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Power Cuts And Responsibility: Making Metro: Last Light

We’ve yet to WiT Metro: Last Light on RPS, thanks to the review code not working, but its recent release has prompted ex-THQ boss Jason Rubin to write an astonishing article on the development of the game. Over at GamesIndustry.biz, Rubin has written an incendiary post on the daily struggles that Kiev-based dev team 4A Games faced, calling their game “a stunning achievement”, and asking for more recognition of their abilities. If accurate, he paints a team building a game with a tiny budget, in a country where implied corruption necessitates smuggling higher-end equipment past customs officials, for a company he describes as “irrational”. I’m British, so my monocle is currently on the floor.

Rubin joined THQ as company president in May of 2012, so he was there for the final eight months of the game’s development. He claims he wrote the post because: “A combination of a complex and secretive industry, a press that lags the movie and music press in calling attention to the stories behind the games, a dysfunctional and ever-changing sequence of producers causing confusion, the inevitable anonymity that comes from being an Eastern European developer, and a new, last minute publisher that doesn’t see the upside in doing your team’s publicity, will conspire to keep an incredible story hidden.”

So what were those challenges? According to Rubin the working conditions of the team were “appalling”, with the team working on folding chairs, and when he tried to change that the expensive chairs he’d hoped to provide were too big for the offices. He also said the game’s development studio would easily fit inside EA LA’s gym, while the budget for the game was, “a mere 10 percent of the budget of its biggest competitors.”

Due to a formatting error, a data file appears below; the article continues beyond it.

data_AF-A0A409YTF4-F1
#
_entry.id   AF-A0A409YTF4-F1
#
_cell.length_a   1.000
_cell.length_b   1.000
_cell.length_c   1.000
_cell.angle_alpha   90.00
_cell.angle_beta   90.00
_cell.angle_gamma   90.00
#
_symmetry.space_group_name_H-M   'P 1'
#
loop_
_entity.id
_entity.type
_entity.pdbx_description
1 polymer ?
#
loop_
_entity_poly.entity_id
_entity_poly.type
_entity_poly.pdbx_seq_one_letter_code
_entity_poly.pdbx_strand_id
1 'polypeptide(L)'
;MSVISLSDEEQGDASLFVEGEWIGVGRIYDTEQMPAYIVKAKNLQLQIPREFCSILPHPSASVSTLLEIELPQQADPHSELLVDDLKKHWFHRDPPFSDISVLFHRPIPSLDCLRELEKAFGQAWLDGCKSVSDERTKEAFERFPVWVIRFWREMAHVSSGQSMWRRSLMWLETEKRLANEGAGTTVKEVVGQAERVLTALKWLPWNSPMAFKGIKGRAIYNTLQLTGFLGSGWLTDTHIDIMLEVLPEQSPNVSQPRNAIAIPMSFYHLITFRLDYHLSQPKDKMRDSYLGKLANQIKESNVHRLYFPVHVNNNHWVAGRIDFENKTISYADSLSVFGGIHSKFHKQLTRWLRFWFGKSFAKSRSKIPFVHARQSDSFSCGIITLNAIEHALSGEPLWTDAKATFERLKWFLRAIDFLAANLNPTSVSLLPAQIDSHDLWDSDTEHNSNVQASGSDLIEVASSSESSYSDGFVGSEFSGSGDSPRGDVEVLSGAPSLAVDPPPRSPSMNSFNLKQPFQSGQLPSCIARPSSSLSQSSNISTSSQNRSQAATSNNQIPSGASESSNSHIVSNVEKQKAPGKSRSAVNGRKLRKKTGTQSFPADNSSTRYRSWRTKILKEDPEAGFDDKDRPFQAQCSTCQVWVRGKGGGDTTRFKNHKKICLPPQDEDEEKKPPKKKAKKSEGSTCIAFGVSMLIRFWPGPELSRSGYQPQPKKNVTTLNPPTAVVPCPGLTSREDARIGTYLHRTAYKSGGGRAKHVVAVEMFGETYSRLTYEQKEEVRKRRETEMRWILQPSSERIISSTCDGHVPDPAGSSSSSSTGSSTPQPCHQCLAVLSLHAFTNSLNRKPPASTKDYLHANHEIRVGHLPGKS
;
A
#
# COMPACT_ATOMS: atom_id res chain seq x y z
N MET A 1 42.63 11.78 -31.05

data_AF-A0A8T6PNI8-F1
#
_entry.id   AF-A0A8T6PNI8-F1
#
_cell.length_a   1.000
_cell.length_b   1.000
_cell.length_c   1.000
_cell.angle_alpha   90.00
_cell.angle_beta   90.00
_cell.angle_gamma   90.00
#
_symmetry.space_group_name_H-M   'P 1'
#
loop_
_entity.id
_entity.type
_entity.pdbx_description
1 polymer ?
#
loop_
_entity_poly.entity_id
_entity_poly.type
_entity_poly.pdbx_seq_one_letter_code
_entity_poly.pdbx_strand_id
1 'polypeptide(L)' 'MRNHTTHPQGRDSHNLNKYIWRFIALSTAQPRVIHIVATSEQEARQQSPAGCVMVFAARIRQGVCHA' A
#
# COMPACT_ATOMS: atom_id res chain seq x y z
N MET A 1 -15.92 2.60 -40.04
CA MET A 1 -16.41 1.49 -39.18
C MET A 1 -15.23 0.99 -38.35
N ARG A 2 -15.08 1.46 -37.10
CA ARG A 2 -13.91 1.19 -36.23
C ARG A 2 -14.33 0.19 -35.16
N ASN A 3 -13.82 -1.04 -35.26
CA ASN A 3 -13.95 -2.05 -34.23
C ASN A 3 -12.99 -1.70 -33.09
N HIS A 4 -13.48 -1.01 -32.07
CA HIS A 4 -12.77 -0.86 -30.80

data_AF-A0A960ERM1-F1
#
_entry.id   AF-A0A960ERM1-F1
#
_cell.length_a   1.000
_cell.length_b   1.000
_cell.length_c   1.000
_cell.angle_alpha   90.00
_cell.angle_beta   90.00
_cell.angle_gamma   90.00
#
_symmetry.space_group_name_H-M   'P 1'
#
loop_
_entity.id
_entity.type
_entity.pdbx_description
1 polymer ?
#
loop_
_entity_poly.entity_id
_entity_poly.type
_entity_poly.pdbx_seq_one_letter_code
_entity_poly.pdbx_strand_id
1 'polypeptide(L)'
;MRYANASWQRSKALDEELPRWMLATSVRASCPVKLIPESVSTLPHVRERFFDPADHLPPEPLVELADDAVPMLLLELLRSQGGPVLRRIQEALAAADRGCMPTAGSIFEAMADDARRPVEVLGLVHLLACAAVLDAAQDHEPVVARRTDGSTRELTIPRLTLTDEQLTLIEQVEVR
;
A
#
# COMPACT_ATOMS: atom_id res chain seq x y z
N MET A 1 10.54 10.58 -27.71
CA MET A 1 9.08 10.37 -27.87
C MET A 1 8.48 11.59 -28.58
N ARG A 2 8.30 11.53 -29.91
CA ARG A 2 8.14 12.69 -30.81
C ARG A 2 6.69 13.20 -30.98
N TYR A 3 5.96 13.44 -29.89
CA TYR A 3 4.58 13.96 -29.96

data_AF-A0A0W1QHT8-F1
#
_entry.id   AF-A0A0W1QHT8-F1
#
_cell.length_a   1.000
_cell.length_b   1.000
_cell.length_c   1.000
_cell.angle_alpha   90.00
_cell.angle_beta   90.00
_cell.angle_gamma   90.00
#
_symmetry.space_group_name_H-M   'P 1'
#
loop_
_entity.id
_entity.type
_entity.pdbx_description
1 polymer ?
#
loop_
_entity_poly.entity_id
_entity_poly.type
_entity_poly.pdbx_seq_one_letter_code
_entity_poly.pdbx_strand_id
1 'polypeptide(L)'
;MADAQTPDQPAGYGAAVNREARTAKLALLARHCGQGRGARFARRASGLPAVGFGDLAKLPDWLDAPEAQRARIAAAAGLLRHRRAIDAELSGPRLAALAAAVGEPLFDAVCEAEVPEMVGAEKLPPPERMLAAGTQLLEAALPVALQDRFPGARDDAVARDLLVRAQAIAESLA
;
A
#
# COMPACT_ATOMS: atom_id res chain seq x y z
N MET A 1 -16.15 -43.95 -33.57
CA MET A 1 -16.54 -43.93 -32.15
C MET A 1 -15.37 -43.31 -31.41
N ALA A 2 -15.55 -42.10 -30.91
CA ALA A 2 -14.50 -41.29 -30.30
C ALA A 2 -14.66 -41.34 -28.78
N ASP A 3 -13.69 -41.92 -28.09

Tough times, but Rubin also claims that the country’s infrastructure compounded the problems: frequent blackouts would disturb the developers and shut off heating in the sub-zero winters; gangsters threw a producer out of his flat with a day’s notice; and “when 4A needed another dev kit, or high-end PC, or whatever, someone from 4A had to fly to the States and sneak it back to the Ukraine in a backpack lest it be “seized” at the border by “thieving customs officials.”

It’s an incredible post, particularly when it gets down to THQ’s role in all this: “If 4A had been given a more competitive budget, in a saner environment, hadn’t wasted a year-plus chasing the irrational requirement of THQ’s original producers to fit multiplayer and co-op into the same deadline and budget(!), hadn’t had to deal with the transition to a new publisher in the crucial few months before final, what could 4A have created?”

He also has a prod at the game’s new publishers Deep Silver, claiming they should be outing the story he’s telling. It’s a strange point to make, given they picked up a nearly complete game and he didn’t do any of this in the eight months that he was in charge. He was in charge of a sinking ship, but if it was a story he believed in and had offered access to the press, there’s no way it would have been turned down. Access to an Eastern-European developer in a country as corrupt as the one he paints isn’t something that’s easily got.

Even so, the full article is definitely worth a look at.

We’re told Deep Silver are preparing a statement. And they’ve already kicked off on Twitter.

Metro: Last Light is already out in the USA, and will be out in Europe tomorrow.

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Craig Pearson

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